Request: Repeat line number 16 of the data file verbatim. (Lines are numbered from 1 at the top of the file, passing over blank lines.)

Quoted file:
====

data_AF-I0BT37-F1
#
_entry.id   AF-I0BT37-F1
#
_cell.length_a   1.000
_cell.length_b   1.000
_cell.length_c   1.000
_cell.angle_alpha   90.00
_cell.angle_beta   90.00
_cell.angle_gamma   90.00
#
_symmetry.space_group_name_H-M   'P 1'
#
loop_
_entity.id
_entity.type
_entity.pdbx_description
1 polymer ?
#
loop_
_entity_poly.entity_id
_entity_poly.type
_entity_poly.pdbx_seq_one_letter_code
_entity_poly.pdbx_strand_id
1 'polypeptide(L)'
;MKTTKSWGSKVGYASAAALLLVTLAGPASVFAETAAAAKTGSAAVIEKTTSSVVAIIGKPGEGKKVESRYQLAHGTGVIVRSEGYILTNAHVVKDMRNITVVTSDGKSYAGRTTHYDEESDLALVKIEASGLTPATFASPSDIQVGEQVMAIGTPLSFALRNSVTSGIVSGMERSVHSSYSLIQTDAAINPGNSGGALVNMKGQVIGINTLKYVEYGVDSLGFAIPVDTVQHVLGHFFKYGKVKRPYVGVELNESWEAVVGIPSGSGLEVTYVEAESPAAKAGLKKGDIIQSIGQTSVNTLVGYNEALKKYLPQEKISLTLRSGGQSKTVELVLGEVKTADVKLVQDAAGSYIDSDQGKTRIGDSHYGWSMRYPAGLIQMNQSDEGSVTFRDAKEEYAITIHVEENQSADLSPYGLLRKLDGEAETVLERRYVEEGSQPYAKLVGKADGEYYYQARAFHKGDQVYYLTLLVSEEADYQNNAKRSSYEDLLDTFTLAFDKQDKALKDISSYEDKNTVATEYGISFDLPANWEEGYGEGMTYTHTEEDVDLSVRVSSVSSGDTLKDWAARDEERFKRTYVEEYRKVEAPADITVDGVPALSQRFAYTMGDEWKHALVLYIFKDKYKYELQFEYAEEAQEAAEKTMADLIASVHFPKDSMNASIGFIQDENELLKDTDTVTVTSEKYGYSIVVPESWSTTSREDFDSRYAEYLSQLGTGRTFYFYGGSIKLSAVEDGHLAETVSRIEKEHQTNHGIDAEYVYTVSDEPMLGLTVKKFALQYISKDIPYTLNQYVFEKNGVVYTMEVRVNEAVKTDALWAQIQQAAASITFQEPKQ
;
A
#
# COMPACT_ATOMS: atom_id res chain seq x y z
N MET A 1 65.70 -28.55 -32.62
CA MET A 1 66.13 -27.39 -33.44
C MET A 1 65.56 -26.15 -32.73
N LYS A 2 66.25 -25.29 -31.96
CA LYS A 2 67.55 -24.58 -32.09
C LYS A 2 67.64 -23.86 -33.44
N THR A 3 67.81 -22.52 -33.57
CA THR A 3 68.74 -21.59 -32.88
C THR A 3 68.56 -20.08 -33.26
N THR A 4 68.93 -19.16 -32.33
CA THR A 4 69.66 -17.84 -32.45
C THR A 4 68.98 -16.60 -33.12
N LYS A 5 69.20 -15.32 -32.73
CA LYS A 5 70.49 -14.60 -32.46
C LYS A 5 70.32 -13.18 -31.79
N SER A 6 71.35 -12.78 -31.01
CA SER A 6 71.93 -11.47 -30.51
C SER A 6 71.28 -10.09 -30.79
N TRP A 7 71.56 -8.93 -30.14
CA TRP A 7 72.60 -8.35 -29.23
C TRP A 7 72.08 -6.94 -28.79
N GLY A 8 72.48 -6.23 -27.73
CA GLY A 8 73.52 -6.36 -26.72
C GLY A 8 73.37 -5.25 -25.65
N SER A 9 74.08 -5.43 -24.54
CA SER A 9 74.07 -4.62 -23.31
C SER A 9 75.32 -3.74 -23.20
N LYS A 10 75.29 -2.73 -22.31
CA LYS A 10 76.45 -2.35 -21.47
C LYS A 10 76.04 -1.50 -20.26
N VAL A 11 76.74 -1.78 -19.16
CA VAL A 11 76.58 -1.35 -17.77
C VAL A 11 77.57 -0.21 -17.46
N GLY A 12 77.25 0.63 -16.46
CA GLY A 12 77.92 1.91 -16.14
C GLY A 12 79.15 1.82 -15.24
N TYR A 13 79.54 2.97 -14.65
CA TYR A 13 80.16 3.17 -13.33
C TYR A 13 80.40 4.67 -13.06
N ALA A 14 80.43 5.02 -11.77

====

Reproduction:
_entity.type